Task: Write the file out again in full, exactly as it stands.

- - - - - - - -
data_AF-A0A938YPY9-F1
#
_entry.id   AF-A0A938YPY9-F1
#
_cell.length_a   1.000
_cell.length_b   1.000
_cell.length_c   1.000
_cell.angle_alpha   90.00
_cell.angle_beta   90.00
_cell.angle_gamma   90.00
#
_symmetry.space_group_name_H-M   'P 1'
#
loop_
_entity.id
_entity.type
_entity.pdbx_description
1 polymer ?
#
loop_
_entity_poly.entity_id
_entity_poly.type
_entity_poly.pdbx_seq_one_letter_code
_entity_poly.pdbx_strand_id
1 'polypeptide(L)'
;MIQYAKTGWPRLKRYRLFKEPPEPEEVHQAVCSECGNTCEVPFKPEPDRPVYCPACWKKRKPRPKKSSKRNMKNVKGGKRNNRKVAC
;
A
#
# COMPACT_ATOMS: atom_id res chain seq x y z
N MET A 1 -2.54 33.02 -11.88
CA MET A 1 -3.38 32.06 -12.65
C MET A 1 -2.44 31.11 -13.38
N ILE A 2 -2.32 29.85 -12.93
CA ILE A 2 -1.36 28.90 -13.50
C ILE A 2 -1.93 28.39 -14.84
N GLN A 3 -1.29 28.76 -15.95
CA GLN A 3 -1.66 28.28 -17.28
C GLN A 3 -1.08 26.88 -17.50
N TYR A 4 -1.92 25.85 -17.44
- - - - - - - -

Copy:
data_AF-A0A938YPY9-F1
#
_entry.id   AF-A0A938YPY9-F1
#
_cell.length_a   1.000
_cell.length_b   1.000
_cell.length_c   1.000
_cell.angle_alpha   90.00
_cell.angle_beta   90.00
_cell.angle_gamma   90.00
#
_symmetry.space_group_name_H-M   'P 1'
#
loop_
_entity.id
_entity.type
_entity.pdbx_description
1 polymer ?
#
loop_
_entity_poly.entity_id
_entity_poly.type
_entity_poly.pdbx_seq_one_letter_code
_entity_poly.pdbx_strand_id
1 'polypeptide(L)'
;MIQYAKTGWPRLKRYRLFKEPPEPEEVHQAVCSECGNTCEVPFKPEPDRPVYCPACWKKRKPRPKKSSKRNMKNVKGGKRNNRKVAC
;
A
#
# COMPACT_ATOMS: atom_id res chain seq x y z
N MET A 1 -2.54 33.02 -11.88
CA MET A 1 -3.38 32.06 -12.65
C MET A 1 -2.44 31.11 -13.38
N ILE A 2 -2.32 29.85 -12.93
CA ILE A 2 -1.36 28.90 -13.50
C ILE A 2 -1.93 28.39 -14.84
N GLN A 3 -1.29 28.76 -15.95
CA GLN A 3 -1.66 28.28 -17.28
C GLN A 3 -1.08 26.88 -17.50
N TYR A 4 -1.92 25.85 -17.44